Strengthen TLS in React Native Through Certificate Pinning - iOS Edition

Friday 30 November 2018 By Skip Hovsmith

Topics: iOS, TLS, ReactNative

Enhance React Native’s networking API protection on Android and iOS without touching your Javascript code or manually editing the native code projects.

The first edition of this article implemented TLS certificate pinning for React Native apps on Android. Since then, the react-native-cert-pinner package has been enhanced to support pinning on iOS devices, and this edition of the post walks through the previous example for iOS. 

Beginning in July 2018 with the 68 release, Chrome began marking all sites not running HTTPS (TLS over HTTP) as “not secure”. TLS uses site certificates to establish a chain of trust and encrypt communication at the transport layer.

chrome-https

SOURCE: Google Security Blog

This is a significant boost in networking, API and mobile security, but especially on mobile devices, it may not be enough. Unfortunately, it is too easy to spoof mobile devices into trusting certificates signed by unexpected certificate authorities. Certificate Pinning should be used to limit trust to website leaf certificates or only those intermediate or root authorities trusted by the app itself.

Certificate pinning is not as popular as it should be because of the perceived implementation and maintenance difficulties. With React Native, it is even more challenging, because the networking interface required to implement pinning is not exposed at the javascript layer.

Currently available packages supporting certificate pinning in React Native require replacement of the built in networking package or manual changes to native code. This npm package, react-native-cert-pinner, pins network fetches without requiring any changes to the javascript code. Underlying native code used to pin the connections is fully generated from a developer-specified JSON configuration file. This is a work in progress, currently available on Android and iOS, with additional package automation and security to follow.

Preventing Man in the Middle Attacks

A Year of React Native: SSL Pinning does a nice job of describing risks to a mobile connection, even when using TLS. Compromises to a certificate authority or mobile device can cause an app to improperly trust a spoofed server certificate and allow an attacker to insert itself in the middle of the connection, silently decrypting, observing, possibly modifying, and re-encrypting supposedly secure communications.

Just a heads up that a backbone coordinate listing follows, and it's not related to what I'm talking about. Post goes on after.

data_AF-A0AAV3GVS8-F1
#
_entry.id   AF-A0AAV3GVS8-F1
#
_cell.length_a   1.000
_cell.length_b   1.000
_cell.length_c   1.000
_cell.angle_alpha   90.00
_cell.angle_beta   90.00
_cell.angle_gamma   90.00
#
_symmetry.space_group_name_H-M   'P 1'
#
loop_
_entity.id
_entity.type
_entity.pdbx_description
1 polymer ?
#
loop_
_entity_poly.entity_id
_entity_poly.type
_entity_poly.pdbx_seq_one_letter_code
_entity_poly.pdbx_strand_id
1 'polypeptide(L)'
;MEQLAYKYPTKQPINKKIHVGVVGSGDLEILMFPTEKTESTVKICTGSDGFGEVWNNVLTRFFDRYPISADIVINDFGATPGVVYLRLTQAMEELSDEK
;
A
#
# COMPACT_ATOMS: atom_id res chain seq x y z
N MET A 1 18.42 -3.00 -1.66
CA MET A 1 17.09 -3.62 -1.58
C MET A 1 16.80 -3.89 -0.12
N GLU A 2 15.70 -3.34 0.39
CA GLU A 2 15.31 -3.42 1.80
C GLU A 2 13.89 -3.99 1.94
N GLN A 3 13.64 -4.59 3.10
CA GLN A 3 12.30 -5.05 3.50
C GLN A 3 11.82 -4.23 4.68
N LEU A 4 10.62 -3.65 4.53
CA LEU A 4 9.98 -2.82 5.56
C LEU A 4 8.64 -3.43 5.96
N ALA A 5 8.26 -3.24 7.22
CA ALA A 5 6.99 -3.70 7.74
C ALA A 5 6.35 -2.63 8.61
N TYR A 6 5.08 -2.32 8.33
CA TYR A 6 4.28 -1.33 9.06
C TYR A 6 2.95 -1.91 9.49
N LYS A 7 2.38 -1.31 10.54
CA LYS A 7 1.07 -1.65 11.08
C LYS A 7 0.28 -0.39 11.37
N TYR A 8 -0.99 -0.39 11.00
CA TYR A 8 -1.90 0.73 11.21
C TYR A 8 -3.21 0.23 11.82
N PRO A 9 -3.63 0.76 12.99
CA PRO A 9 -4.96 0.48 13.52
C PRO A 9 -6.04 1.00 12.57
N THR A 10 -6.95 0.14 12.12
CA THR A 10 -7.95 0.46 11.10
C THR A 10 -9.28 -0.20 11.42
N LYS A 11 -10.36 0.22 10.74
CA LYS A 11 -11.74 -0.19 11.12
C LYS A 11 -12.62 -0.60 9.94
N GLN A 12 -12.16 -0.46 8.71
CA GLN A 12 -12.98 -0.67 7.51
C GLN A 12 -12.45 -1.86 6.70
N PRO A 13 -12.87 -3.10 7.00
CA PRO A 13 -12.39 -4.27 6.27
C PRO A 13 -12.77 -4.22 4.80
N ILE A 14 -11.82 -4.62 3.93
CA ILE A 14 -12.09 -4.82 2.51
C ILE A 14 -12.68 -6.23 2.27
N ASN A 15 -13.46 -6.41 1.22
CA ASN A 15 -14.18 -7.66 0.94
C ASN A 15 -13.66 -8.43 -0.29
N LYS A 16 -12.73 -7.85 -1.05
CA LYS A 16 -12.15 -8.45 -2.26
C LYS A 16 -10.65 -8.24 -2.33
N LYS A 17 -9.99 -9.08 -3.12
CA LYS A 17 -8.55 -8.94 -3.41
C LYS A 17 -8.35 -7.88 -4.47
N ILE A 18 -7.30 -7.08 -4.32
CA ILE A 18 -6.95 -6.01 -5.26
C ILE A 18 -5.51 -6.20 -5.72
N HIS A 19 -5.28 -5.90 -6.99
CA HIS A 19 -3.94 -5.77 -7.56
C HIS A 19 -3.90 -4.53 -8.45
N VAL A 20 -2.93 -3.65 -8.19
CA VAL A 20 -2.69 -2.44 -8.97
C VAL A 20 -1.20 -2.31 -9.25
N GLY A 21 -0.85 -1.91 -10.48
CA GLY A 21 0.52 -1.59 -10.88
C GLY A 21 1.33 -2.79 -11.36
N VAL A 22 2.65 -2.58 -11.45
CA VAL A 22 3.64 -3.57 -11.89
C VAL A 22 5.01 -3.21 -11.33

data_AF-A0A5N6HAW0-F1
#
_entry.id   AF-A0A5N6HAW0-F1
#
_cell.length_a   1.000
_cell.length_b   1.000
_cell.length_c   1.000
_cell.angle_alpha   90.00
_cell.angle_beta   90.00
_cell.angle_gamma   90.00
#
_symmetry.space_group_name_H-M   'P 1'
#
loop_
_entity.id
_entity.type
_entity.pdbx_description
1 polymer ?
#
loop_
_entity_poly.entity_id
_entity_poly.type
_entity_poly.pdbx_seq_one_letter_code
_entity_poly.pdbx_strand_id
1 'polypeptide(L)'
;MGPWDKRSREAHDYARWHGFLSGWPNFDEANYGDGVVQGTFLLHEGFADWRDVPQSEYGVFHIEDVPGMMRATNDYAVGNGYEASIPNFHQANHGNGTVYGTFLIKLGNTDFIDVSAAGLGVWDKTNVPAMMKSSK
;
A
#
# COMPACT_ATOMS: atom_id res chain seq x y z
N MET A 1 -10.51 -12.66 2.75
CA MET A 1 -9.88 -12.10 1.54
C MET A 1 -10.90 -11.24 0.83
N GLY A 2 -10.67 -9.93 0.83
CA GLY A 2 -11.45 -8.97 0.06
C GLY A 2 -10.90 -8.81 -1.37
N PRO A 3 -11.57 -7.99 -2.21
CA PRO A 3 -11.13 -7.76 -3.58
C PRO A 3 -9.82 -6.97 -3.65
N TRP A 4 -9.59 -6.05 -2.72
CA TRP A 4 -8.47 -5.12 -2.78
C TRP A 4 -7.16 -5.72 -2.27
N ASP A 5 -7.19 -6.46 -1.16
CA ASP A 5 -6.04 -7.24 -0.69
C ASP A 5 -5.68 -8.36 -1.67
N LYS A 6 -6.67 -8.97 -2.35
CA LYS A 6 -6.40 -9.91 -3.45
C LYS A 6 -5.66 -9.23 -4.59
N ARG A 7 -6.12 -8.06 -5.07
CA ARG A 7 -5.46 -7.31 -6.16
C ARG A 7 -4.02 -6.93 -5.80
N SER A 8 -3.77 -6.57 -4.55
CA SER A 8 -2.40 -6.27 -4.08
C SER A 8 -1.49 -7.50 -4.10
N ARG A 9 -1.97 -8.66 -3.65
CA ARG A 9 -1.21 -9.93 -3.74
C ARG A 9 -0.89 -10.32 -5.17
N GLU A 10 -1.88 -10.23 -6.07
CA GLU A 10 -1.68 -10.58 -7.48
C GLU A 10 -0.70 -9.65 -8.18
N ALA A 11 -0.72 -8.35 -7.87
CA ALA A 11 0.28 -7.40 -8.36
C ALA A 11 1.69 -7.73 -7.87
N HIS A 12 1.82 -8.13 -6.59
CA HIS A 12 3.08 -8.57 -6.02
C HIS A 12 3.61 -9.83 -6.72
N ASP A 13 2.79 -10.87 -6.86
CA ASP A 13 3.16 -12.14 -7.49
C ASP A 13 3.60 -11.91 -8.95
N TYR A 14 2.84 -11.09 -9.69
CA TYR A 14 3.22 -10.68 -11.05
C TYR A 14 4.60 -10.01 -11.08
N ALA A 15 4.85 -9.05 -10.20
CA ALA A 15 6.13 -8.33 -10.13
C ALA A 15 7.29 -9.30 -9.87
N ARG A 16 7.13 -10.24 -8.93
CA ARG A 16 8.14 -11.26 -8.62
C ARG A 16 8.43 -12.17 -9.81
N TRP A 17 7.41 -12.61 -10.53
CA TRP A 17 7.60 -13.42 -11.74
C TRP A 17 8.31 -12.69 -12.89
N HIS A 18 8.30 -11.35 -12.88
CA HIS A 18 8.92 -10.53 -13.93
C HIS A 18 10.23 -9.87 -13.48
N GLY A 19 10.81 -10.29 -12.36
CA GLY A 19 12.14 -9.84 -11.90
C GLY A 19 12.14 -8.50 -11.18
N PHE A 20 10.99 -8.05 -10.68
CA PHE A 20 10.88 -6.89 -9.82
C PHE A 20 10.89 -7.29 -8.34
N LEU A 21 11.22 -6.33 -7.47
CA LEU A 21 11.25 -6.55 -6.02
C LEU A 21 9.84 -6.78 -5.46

Man-in-the-Middle Attack

Certificate Pinning builds on existing HTTPS (SSL or TLS over HTTP) techniques. With TLS, the mobile device follows the chain of certificates until it reaches a certificate signed by an authority it trusts.

Certificate pinning is used to identify specific certificates or limit the number of certificate authorities trusted to sign for a target website. By pinning a limited list of trusted server certificates within the app, fraudulently signed certificates, even if their certificate authorities are trusted by the device, will be rejected by the app. The app can pin a server’s leaf and intermediate certificates.

It is generally recommended to pin multiple certificate’s public keys so that the app can still trust one key if other keys are compromised.

SSL pinning is a mitigation method designed to reduce the effectiveness of MitM attacks enabled by spoofing a back-end server’s SSL certificate. Pinning on intermediate keys eases certificate rotation and renewals. Checking the hash of a public key is convenient and hides certificate information from any attackers.

React Native Example App

The npm react-native-cert-pinner module contains an example app which we will use to demonstrate certificate pinning. The app checks the HTTPS connection to the demo-server.approovr.io server:

$ curl https://demo-server.approovr.io
Hello World!

Because TLS is not exposed through React Native networking calls such as fetch(), a native module must be introduced, and the Expo environment cannot be easily used for development.

Start by initializing a React Native project using react-native-cli:

$ react-native init example
Installing react-native...

Next install the react-native-cert-pinner package:

$ cd example
$ npm install -S react-native-cert-pinner
+ react-native-cert-pinner@0.3.0
added 4 packages from 2 contributors and audited packages in 6.689s
found 0 vulnerabilities

Use react-native to automatically link the cert pinner native module:

$ react-native link
Scanning folders for symlinks in /Users/skiph/Projects/rn-pinning/rncp-test/example/node_modules (13ms)